CORUNNA — While people are relishing in the long overdue warmth, their septic system may be struggling.
Spring rain and snow melt, along with temperature fluctuations can cause problems with a septic system.
Flooded drain fields are a common issue in the spring. Especially, if a yard has poor drainage and heavy soils. When the drain field is flooded, it can become unable to properly treat wastewater. This can cause contaminated groundwater and surfacing of sewage in the yard.
To avoid a flooded drain field, officials say, make sure your yard has proper drainage and redirect gutters and drains. Also, make sure your sump pump and water softener are not discharging into the septic tank to avoid overloading the system.
Rain can make a septic system work extra hard. If a septic tank is close to full during this time, the system becomes unable to properly treat and dispose of wastewater. It may also cause permanent damage to the system causing it to prematurely fail. To address this, it is important to pump your septic tank before spring rain.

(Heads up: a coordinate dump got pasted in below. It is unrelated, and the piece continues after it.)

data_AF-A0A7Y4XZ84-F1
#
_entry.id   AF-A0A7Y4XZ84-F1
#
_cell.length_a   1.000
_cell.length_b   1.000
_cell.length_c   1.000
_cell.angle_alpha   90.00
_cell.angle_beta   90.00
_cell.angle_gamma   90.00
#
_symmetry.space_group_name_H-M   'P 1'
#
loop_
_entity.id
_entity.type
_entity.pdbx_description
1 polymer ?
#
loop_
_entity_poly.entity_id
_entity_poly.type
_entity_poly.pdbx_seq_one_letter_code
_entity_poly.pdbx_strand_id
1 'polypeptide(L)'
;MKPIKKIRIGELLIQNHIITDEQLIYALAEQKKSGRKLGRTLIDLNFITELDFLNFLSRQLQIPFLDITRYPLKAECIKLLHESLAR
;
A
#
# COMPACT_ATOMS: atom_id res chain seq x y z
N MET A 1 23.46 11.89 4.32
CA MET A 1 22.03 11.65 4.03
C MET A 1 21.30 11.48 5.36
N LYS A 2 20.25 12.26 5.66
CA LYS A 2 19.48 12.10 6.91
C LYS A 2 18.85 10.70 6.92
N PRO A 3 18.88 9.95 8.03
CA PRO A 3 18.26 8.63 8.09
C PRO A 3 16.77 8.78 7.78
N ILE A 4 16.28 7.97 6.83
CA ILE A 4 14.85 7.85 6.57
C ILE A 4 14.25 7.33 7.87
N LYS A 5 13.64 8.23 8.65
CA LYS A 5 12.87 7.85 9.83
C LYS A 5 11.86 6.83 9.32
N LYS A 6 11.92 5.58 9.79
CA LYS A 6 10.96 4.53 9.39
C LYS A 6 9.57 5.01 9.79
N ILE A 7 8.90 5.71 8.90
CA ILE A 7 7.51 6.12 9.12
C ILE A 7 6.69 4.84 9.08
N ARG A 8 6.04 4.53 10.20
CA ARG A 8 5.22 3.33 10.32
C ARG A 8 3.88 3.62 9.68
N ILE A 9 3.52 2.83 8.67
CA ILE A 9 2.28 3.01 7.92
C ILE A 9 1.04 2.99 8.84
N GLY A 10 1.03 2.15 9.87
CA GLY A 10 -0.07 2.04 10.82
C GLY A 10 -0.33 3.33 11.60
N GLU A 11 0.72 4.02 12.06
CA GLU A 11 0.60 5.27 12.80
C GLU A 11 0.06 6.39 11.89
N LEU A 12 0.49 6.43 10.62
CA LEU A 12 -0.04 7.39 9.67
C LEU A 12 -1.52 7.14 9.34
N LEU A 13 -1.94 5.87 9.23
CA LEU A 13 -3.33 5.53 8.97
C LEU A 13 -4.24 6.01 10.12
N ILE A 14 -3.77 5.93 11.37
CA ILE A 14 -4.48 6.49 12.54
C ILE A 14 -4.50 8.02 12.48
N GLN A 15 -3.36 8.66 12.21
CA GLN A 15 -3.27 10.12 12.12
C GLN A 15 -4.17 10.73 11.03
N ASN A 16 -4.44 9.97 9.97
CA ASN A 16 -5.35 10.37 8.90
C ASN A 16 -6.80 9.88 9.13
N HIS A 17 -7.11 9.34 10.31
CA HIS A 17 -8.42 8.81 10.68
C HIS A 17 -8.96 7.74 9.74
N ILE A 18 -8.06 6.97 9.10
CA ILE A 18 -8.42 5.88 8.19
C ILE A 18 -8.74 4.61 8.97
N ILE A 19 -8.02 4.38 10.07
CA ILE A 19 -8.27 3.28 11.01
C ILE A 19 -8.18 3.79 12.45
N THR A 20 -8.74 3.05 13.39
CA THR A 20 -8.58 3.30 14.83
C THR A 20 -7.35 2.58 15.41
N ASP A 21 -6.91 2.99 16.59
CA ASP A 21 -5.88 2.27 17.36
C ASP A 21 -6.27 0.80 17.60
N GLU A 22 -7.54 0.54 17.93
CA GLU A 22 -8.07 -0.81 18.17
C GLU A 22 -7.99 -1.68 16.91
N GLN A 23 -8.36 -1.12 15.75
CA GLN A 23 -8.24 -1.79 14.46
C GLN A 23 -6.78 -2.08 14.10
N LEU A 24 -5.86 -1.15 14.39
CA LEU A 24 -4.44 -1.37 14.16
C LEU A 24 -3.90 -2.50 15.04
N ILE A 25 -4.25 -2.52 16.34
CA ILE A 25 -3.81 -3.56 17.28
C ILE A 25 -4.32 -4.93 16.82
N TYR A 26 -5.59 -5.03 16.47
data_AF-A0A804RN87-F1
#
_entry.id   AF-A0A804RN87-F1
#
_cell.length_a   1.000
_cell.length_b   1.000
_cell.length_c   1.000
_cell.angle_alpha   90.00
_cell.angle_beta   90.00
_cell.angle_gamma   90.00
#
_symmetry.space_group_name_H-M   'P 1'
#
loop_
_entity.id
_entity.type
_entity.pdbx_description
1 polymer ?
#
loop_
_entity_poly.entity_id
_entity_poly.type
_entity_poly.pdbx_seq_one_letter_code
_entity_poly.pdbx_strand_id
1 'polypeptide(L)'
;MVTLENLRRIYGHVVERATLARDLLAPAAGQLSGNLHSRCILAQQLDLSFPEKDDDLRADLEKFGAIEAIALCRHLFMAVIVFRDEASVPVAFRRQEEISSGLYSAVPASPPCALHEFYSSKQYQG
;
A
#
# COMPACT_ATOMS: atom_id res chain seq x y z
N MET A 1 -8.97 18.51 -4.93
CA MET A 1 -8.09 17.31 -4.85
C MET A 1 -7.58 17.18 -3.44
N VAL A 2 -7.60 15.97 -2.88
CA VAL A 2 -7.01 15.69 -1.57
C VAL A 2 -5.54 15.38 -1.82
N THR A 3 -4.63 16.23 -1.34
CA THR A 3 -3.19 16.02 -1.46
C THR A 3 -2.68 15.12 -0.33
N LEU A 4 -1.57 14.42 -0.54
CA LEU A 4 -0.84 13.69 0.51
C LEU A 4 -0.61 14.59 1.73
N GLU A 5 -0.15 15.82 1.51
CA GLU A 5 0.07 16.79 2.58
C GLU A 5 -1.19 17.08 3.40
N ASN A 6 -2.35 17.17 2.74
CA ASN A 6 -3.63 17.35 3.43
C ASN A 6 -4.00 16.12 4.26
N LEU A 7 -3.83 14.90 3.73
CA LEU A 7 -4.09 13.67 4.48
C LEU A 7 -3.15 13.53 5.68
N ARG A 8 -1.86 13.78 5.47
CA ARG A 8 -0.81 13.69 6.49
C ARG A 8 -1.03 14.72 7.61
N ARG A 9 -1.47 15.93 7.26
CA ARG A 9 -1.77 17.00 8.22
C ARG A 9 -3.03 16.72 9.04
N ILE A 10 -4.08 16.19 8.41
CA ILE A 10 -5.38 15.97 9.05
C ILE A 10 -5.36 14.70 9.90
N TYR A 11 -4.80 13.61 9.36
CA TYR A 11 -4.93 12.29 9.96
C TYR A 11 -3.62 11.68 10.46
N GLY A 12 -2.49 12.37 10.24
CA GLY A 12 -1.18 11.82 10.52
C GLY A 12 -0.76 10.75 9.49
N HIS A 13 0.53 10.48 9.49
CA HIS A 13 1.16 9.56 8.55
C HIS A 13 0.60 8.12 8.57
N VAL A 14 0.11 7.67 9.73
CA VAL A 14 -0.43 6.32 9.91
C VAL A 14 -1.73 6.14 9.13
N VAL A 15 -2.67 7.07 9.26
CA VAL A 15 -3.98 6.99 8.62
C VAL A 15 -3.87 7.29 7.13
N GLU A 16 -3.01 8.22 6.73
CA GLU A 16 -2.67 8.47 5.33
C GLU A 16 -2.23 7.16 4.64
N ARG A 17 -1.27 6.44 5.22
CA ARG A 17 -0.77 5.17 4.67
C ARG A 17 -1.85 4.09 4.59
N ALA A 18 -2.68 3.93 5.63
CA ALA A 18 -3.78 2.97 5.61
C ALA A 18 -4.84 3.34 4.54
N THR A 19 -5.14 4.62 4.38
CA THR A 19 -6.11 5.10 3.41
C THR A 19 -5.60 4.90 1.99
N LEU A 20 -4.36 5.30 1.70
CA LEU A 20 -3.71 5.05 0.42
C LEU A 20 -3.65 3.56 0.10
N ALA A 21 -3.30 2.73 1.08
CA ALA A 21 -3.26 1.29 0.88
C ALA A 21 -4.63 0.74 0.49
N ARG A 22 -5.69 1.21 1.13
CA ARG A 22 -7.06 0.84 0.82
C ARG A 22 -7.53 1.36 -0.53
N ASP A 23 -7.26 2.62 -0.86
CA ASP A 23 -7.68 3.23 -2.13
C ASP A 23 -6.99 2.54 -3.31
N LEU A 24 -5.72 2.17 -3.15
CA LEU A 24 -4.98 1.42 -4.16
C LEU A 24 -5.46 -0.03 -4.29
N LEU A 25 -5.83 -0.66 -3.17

If you are already experiencing backed up drains and showing signs of trouble, such as ponding in the yard, it’s not too late. The first task should be to have the septic tank pumped. This will give a drain field a chance to catch up on filtering the backed-up water. Once the tank is empty, it’s a good idea to have the drain field evaluated to ensure it can still properly treat wastewater. Septic systems are designed to last 30 to 40 years. If your system is older, it may be time to have an evaluation.
Homeowners in the Maple River Watershed may be eligible to participate in the Septic System Assistance Program. Water in the area has been found to be contaminated by human waste. To help address this issue, the Shiawassee Conservation District is working to assist homeowners, by providing information and financial assistance to replace failing septic systems.
“We are pleased to be able to offer this assistance to homeowners. This unique program provides support and peace of mind knowing that your septic system is working properly, and your family is protected,” said Josh Crambell, Shiawassee Conservation District Board chairman.
To learn more about the Septic System Assistance Program, or find out if you are eligible, contact the Shiawassee Conservation District at (989) 723-8263, ext. 3.
The Septic System Assistance Program is a part of a larger effort by the Conservation District to address nonpoint source pollution in the Maple River Watershed. Funding for this program comes from a Conservation District grant from the Michigan Department of Environment, Great Lakes, and Energy’s Nonpoint Source Program by the U.S. Environmental Protection Agency.